You get the idea.
Scents are careering about my house like bumper cars, the cat has sneezed himself to sleep, but I’m still “layering,” as those in the growing $4.4 billion air-care industry like to say, trying to find my “signature scent” and setting out more delivery systems than the Defense Department: here a scent diffuser from Alora Ambiance (a ceramic jar filled with scented oil and wooden skewers), there a candle called Scene from Apothia that smells like pepper and pears — the flavor of “the urban moment” — and comes with a silicone sleeve wrapped around its glass container and a silver bead atop its wick.
These days, when we want our house or office or store to smell better, instead of distributing flowers or a couple of bowls of potpourri, we invest in "scent systems" which spread nice smelling chemicals around the area, chemicals that my be nice for our noses, but not necessarily for our health.
Environmental health expert Albert Donnay wrote the following letter to the New York Times which they declined to publish. Happily, we at Confined Space recognize important information when we see it:
Penelope Green's article on "Accessorizing the Air" (10/12/06, NYT House and Home section, page D1) with scented candles, rocks, sticks, spritzers and other types of so-called "air fresheners" should have been titled "Polluting the Air--and Our Bodies."You've been warned.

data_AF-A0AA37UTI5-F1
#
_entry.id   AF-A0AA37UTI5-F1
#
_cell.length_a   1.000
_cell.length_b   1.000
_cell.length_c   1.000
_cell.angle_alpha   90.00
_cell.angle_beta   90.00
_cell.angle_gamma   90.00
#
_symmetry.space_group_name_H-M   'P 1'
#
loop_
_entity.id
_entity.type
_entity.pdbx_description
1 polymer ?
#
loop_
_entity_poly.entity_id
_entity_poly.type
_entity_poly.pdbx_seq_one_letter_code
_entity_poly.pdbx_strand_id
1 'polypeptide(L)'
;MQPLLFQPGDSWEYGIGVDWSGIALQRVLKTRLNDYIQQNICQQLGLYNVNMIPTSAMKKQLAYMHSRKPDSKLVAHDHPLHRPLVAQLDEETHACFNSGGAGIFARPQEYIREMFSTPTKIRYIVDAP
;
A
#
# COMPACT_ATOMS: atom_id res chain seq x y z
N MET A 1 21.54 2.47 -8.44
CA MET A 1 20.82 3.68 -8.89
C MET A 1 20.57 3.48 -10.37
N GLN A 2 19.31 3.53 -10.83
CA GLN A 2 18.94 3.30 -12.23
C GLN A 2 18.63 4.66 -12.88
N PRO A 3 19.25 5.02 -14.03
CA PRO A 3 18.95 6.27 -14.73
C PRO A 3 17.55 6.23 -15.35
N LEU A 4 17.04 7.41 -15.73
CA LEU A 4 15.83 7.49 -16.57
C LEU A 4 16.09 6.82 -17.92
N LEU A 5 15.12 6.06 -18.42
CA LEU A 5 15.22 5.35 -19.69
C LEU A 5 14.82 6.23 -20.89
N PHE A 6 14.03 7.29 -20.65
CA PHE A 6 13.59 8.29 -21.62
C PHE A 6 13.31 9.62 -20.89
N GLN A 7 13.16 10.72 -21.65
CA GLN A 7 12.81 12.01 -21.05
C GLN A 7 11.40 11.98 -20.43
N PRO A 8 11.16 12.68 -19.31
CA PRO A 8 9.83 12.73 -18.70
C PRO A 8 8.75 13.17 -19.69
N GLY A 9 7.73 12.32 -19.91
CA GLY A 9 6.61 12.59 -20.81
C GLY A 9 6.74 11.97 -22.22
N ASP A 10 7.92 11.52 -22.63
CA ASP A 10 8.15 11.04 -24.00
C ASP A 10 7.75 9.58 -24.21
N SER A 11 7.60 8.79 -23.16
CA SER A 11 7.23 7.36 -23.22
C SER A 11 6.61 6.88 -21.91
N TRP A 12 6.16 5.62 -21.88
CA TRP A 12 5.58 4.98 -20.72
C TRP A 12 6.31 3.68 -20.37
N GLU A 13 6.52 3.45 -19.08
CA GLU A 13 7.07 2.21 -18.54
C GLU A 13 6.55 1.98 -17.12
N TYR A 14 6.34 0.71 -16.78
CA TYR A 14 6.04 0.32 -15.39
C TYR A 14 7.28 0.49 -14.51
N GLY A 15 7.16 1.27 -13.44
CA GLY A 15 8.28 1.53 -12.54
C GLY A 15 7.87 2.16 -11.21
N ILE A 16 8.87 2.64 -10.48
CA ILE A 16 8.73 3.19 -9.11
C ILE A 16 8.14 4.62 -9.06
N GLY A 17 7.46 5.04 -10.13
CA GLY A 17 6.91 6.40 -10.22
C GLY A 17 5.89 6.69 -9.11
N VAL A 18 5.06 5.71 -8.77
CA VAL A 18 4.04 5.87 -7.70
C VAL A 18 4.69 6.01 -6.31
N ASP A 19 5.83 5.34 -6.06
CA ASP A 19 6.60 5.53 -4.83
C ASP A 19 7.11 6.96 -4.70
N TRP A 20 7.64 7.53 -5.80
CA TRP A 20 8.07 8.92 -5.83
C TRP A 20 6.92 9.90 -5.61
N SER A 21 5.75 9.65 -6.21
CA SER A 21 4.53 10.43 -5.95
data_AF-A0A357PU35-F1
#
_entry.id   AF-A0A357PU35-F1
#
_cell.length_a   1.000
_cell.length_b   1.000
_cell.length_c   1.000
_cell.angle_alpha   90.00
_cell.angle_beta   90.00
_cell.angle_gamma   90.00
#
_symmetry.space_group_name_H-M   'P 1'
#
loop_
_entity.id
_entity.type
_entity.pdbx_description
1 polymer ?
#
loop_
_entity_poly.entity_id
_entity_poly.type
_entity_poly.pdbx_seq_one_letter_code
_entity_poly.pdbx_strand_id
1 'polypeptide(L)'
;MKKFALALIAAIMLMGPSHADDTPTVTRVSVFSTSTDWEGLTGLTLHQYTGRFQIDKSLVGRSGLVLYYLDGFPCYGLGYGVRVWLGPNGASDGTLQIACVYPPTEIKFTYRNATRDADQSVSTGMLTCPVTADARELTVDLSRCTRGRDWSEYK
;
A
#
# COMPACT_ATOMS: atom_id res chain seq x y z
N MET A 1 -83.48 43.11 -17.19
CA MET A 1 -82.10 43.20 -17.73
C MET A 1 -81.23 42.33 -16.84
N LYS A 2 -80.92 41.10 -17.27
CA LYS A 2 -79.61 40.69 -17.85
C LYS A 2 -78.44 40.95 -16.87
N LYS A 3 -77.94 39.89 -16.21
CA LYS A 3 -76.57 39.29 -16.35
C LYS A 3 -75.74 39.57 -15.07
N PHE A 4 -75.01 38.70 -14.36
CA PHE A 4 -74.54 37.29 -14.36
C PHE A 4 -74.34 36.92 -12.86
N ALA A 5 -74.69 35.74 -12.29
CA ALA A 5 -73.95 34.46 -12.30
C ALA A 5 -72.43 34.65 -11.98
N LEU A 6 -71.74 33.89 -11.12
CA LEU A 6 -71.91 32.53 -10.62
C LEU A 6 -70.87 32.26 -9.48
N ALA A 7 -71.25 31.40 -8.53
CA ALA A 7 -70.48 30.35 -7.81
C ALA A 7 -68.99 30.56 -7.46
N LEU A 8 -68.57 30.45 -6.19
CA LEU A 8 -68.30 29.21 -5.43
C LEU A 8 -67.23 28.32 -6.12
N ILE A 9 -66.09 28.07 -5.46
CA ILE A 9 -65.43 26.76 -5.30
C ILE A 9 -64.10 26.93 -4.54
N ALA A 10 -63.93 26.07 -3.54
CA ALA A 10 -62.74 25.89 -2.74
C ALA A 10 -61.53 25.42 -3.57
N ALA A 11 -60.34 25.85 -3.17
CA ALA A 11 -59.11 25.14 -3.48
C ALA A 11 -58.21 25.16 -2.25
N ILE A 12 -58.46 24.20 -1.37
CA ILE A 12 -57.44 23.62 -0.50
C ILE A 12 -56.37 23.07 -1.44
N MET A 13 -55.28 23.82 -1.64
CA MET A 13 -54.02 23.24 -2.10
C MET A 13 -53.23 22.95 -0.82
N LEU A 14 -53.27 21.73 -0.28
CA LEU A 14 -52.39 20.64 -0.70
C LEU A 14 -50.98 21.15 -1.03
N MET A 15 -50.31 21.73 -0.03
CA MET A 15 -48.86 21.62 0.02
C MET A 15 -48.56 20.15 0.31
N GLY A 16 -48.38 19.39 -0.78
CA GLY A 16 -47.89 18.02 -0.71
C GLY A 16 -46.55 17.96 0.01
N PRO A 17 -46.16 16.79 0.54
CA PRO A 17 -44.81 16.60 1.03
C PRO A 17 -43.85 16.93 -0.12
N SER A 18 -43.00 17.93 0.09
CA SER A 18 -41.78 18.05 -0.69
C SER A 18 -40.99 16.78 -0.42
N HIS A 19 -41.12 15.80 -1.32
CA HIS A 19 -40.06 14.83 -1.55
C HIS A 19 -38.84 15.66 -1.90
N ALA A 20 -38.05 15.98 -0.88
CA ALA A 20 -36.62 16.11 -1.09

Not mentioned in the article is the fact that these products all release toxic volatile organic chemicals. We only smell these chemicals when they enter our nose, and even then only until olfactory adaptation sets in. But as long as we are exposed, we continue to inhale and absorb them into our bloodstream. These chemicals also can be absorbed directly into the skin, eyes, and--via the nose--even the brain.
Among the hundreds of unregulated ingredients used in fragranced products, researchers have identified chemicals that are listed by the US EPA as hazardous, neurotoxic, carcinogenic, and teratogenic. Fragrance products designed to burn such as candles and incense also release hazardous particulate matter and carbon monoxide.
The long-term effects of inhaling these pollutants are unknown, but it is clear that even exposures of a few seconds can provoke serious respiratory and neurological symptoms in people with hypersensitivity disorders such as asthma, migraine and multiple chemical sensitivity. Most at risk are infants due to their smaller lungs and still developing nervous systems.
Unfortunately even without the use of "air fresheners," the air inside most American homes is usually much more polluted than the air outside.
If you want fresh air, open a window!
Albert Donnay, MHS
Donnay Environmental Health Engineering